"Retirement is Terrific!" — Fact or Fiction?

alone in the darkMore often than not, it’s fiction. A couple of years ago, I crossed paths with a gentleman who looked more and more haggard each time I saw him.

Formerly the president of an organization, he was forced into retirement several years earlier than he planned. Suddenly cast adrift, he was struggling with how to fill his free time productively. As I probed further, I found he was having difficulty sleeping, and his health was suffering.

He was flashing the neon signs of depression, and he wasn’t alone. According to a 2013 report released by the Institute of Economic Affairs (IEA), following an initial boost in health, retirement increases the risk of clinical depression by 40 percent.

The Harvard School of Public Health also concludes that alcoholism, depression and obesity increase significantly post-retirement for business owners when they do not have a plan for what will bring them meaning.

What about women? This transition typically isn’t as hard for women. They generally take on many personal and professional roles during their lives, and as a result, don’t define themselves as business owners the way many successful men do.

The role of CEO is lonely in general, but as these leaders move toward retirement, it’s particularly hard for them to talk about the uncertainty around the coming changes.

After retirement, social and professional networks take a back seat and retired owners find themselves more isolated, and without other interests or relationships drawing them forward. For some, this could show up as depression masking as escapist behavior, such as spending a lot of time working out or on sports; or alcohol or substance abuse; irritability or inappropriate anger; even reckless driving. For others it can look like withdrawal from family and friends and other activities that used to be enjoyable.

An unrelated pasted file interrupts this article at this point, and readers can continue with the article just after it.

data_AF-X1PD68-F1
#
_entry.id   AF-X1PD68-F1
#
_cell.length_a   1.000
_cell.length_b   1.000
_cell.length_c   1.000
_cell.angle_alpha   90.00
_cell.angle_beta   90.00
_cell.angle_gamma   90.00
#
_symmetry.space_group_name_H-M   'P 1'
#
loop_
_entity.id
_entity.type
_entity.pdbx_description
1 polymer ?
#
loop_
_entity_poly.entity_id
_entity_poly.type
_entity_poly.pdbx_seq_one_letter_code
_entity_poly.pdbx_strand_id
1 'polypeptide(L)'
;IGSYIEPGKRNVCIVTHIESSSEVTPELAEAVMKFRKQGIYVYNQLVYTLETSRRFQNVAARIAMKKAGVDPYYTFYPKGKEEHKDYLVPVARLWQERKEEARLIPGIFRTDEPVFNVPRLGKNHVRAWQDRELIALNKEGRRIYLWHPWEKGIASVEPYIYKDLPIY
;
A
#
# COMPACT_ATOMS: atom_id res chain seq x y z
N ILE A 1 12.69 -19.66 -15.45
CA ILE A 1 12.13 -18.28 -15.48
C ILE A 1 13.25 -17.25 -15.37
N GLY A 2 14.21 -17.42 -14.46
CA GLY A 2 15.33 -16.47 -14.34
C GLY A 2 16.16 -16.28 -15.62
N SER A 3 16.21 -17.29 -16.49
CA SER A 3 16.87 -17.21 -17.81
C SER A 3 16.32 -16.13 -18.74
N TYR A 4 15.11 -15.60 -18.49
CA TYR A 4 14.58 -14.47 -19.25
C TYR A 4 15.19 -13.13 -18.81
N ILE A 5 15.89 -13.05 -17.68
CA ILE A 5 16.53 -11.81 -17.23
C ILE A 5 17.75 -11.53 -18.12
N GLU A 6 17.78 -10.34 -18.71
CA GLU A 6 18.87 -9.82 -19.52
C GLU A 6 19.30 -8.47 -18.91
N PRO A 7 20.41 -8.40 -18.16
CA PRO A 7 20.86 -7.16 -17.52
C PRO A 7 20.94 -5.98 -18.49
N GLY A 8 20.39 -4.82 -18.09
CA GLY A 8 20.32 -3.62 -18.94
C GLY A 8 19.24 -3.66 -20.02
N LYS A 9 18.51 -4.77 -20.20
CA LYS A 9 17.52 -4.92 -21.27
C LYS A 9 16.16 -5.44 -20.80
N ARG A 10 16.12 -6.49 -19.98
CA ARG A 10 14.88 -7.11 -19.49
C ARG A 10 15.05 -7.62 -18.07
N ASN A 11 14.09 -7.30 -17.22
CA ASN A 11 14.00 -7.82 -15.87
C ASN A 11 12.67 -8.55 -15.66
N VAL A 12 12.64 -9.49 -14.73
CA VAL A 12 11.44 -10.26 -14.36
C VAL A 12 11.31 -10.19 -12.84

Yet many resist seeking help, viewing both depression and its treatment as signs of weakness. Therapy can be a great help but many baby boomer owners are not willing to consider it, preferring to try to work through it on their own. This CEO decided to speak to a pastor at his church, someone he had great respect for and deeply trusted. Through that relationship, he felt heard and supported and was guided toward a volunteer opportunity that was very compelling to him. It gave him a goal for getting healthy, a purpose for his life, and a way to contribute to the church. He looks and feels 20 years younger.

If you think that you or someone you know may be depressed, learn more at the National Institute of Mental Health or the National Alliance on Mental Illness.

Make Retirement Terrific by defining what will bring meaning and joy in your next phase of life. Contact us to learn more about our Executive Transition Process and create a Retirement that’s ‘Terrific’ for you!